Overall verdict - whatever.
RIP Colin Slade
I've got no real idea about the Samoans besides that Tusi Pisi looks like a solid 10, who could combine the physical play with some control and leadership. They obviously have a forward pack who can match any team in the world if you wanna run it straight, but the work of Jack Lam needs to be highlighted.
The Bristol flanker won a bunch of turnovers and if he can stay healthy throughout this campaign, then Samoa will have a nice ball-winner to go with their behemoth's.
Samoa's problem was (and will be) that the first half basically strengthened any stereotype you might have about the Samoan rugby team. Any chance they had with the ball was quickly squandered with a drop here or there, a kick out on the full or some sort of relieving penalty. It actually looked like New South Wales and Samoa had opted to play the same sort of game and it obviously didn't work.
I heard one of the dumb commentators say how great it was to have a local player in the Samoan team (sorry mate, no idea which player you were) and that there should be many more local players playing for Samoa. No.
What's better for Samoan rugby - having a team of local players who are getting paid jack-shit or having a team of players based in Europe who are professionals and exposed to high quality rugby on a weekly basis and then return to Samoa to spread the good vibes?
Well, the catch is that at the moment the European clubs run the show. So the issue for international rugby and the biggest issue for international rugby at the moment is the disparity between the international game and the big European clubs. If every nation could field full strength squads because the European clubs HAD to release their players, then the international game would flourish.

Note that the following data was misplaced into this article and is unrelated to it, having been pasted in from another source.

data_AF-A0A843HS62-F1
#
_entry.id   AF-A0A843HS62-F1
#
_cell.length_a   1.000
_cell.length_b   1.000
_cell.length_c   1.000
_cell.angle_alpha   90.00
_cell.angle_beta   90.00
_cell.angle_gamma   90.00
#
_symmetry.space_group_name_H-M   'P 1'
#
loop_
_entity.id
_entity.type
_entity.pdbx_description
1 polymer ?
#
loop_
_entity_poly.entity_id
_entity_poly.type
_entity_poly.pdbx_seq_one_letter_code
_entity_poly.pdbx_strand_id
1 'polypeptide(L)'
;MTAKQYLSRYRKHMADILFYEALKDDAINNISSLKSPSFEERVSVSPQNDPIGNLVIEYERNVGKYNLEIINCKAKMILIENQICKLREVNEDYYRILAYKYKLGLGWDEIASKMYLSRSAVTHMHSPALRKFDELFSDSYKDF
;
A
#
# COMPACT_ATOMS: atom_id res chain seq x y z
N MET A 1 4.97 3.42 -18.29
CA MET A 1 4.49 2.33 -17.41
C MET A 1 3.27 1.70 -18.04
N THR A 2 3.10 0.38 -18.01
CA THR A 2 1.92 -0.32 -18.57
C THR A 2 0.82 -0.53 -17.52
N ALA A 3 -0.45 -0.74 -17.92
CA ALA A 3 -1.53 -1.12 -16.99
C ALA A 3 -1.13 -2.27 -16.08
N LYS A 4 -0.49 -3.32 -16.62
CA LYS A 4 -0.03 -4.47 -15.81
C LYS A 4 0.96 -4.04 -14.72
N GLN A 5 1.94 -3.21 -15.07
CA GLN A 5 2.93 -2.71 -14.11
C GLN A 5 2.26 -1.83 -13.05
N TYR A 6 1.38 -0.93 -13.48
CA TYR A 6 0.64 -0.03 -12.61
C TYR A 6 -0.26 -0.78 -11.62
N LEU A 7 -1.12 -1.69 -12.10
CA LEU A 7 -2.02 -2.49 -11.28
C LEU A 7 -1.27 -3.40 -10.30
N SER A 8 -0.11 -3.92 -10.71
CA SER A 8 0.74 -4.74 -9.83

It would offer the best of both worlds as players from tiny islands can earn what they deserve/what someone is willing to pay as well as representing their nation.
It's an issue that we don't care about here in Aotearoa because we live upon our all black throne, complete with tinted windows and black rims, but for mine, it's a huge issue that could hold international rugby back.
While the All Blacks are playing 'charity' fixtures and the Australia and South Africa prepare to jam the Rugby Championship, England are heading to Denver for what you will assume will be an intense training camp. We'll know a bit more about England once they start to make a few cuts to their big ol' squad but it opens up a bit of a question about the best preparation for the World Cup. England will spend a whole lot of time together, a bit of team bonding ya know and will get a substantial period of time to figure out plans and get faster and stronger. Will this be better than a consistent flow of rugby? Time will tell.
South Africa will take on a 'World XI' this weekend and have named debutant Jesse Kriel in the 13 jersey while Vincent Koch could make his debut off the bench.
15 Willie le Roux, 14 JP Pietersen, 13 Jesse Kriel, 12 Damian de Allende, 11 Bryan Habana, 10 Handré Pollard, 9 Ruan Pienaar, 8 Warren Whiteley, 7 Marcell Coetzee, 6 Francois Louw, 5 Victor Matfield (c), 4 Eben Etzebeth, 3 Jannie du Plessis, 2 Bismarck du Plessis, 1 Tendai Mtawarira.
Replacements: 16 Adriaan Strauss, 17 Trevor Nyakane, 18 Vincent Koch, 19 Oupa Mohoje, 20 Schalk Burger, 21 Cobus Reinach, 22 Pat Lambie, 23 Jean de Villiers.
For what it's worth (not much) here's the World XI squad:
Delon Armitage (Toulon, England), Luke Burgess (Melbourne Rebels, Australia), JJ Engelbrecht (Bulls, South Africa), Mike Harris (Reds, Australia), Andrew Horrell (Chiefs), Maxime Machenaud (Racing Metro, France), Maxime Mermoz (Toulon, France), David Smith (Toulon), Lachlan Turner (Reds, Australia), Rudi Wulf (Toulon, New Zealand), Steffon Armitage (Toulon, England), Bakkies Botha (Toulon, South Africa), Craig Burden (Toulon, South Africa), Petrus du Plessis (Saracens), Carl Hayman (Toulon, New Zealand),Louis-Benoit Madaule (Bordeaux-Begles), Alexandre Menini (Toulon, France), David Roumieu (Bayonne), Gurthrö Steenkamp (Toulouse, South Africa), Jordan Taufua (Crusaders), Flip van der Merwe (Bulls, South Africa), Luke Whitelock (Crusaders, New Zealand), Ali Williams (Toulon, New Zealand).